Joe Guzzardi has a beautiful article on tennis great Althea Gibson. Gibson dominated women’s tennis in the 1950s becoming the first Black player to win the French Open, Wimbledon and the U.S. Open singles championships.
In August, West 143rd Street in Harlem was renamed Althea Gibson Way.
Althea Gibson represents to black professional tennis players what Jackie Robinson is to American blacks in Major League Baseball. Gibson, a 1950s era player, pioneered the way for Arthur Ashe, Zina Garrison and the Williams sisters, Venus and Serena. The difference between Gibson and Robinson is that most Americans instantly recognize Jackie’s name, while only a handful of septuagenarians who followed tennis decades ago remember Gibson. In 1950, Gibson broke the tennis color barrier when she became the first black to play in New York’s national tennis championship, now called the U.S. Open.
Gibson’s family migrated from South Carolina to Harlem in 1929. For Althea to become the world’s №1 ranked women’s tennis player 20 years later seemed improbable, but turned into reality.
In her early years, Gibson, a lanky six-footer, passed her time fighting with street gangs and shoplifting. Her father, a garage worker, wanted Althea to become a professional boxer. But Althea took to basketball and ping-pong. After she won the city’s paddle tennis championship at age 10, a Police Athletic League supervisor bought her two used tennis racquets. From that moment on, Gibson’s tennis career, although still limited to the black circuit, took off. Althea joined the Cosmopolitan Club, a local black tennis club where the most prosperous Harlem residents played. Gibson soon beat all comers. The impressed club members sent Althea on the nationwide, all-black American Tennis Association tour.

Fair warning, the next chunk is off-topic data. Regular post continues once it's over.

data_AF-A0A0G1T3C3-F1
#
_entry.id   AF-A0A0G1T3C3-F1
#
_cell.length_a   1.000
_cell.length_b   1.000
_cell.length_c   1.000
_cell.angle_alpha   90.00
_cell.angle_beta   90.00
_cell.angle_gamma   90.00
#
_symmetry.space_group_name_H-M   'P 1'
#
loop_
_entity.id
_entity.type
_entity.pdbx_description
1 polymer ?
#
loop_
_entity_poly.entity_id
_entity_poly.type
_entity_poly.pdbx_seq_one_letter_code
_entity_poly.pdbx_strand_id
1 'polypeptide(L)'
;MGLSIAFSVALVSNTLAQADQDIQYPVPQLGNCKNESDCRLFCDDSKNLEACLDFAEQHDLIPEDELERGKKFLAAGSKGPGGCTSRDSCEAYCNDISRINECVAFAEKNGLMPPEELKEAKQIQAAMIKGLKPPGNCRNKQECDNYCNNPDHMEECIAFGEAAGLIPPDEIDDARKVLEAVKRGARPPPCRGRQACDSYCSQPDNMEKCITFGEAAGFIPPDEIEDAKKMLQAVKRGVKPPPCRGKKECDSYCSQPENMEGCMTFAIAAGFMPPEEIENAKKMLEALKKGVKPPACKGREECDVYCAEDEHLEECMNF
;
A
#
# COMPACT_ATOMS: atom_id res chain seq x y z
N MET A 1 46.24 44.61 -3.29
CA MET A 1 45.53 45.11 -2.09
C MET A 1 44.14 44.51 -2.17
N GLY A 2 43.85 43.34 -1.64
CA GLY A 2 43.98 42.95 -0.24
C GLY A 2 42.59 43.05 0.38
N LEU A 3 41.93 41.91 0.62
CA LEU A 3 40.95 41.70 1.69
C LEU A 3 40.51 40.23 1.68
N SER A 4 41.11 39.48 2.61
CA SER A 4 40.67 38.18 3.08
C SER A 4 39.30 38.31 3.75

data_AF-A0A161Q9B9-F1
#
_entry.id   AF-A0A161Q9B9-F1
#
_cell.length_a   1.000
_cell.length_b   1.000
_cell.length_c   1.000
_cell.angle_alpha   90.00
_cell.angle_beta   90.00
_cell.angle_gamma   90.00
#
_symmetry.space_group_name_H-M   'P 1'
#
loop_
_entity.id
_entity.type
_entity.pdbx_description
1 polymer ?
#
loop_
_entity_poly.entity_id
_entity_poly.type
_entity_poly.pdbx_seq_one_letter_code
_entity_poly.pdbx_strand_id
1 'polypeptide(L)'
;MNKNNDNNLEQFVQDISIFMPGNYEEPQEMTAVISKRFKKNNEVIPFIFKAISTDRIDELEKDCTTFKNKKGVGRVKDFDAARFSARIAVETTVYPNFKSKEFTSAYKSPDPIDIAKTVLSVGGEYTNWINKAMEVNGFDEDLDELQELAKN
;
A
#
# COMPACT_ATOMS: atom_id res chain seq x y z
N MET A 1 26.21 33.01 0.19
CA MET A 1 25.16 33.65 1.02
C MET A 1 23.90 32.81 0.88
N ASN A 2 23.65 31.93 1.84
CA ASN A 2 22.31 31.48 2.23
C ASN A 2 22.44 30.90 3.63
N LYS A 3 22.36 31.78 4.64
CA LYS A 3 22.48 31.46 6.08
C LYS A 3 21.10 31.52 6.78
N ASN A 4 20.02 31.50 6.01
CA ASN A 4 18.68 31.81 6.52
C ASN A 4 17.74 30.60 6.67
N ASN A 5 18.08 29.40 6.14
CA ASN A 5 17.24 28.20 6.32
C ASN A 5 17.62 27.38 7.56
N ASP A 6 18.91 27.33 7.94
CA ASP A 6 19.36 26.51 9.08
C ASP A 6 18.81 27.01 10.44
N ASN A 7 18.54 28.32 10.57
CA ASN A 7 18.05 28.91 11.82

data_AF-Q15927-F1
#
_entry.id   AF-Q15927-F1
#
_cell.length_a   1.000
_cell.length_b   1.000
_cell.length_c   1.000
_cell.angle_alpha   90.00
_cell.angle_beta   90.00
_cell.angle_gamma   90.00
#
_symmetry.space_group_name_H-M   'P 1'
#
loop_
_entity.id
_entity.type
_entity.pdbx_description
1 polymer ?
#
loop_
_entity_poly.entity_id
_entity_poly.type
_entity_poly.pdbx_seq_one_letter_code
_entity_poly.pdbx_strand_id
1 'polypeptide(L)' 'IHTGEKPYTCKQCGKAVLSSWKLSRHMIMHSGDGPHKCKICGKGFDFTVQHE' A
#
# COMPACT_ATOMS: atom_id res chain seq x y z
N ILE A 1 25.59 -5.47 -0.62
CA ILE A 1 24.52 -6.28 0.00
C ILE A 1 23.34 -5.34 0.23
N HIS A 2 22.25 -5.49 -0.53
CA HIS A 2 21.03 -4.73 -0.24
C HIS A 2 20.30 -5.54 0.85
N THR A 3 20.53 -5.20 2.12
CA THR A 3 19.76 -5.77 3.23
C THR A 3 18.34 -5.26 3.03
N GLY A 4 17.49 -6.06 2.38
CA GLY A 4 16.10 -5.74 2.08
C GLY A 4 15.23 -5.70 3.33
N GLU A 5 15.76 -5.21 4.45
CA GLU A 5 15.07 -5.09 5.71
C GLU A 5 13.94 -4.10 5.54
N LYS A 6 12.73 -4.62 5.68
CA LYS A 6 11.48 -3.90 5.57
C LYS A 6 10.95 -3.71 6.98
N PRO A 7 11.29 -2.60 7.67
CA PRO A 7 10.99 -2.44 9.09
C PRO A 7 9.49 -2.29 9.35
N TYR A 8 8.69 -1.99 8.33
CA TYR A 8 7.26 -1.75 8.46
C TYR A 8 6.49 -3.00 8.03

By 1947, at age 20, Gibson won her first ATA title and went on to win 10 national championships, a still-standing record. By the end of the 1950s, Althea had collected 11 Grand Slam titles, including multiple championships at Wimbledon, the U.S. Open and the French Open, where, in 1956, she won titles in singles and doubles. After winning the 1957 Wimbledon title, New York City honored Gibson with a Broadway ticker-tape parade, an event normally reserved for international dignitaries and World Series winners.
After Gibson retired from tennis, she launched into golf, and in 1964 became the first black woman to join the Ladies Professional Golf Association. Gibson played 171 events between 1963 and 1977, but never won a title. Although she was one of the LPGA’s top 50 money winners for five years, over the course of her golf career, she earned a meager $19,250.25. But, as she did in tennis, Gibson opened doors for black female golfers like Shasta Averyhardt, Sadena Parks, Mariah Stackhouse, Cheyenne Woods and Ginger Howard. When she learned about Gibson’s groundbreaking LPGA involvement, Howard said that “breaking those barriers” (golf and tennis were played almost exclusively by wealthy whites) was “a huge step.”
Read the rest here.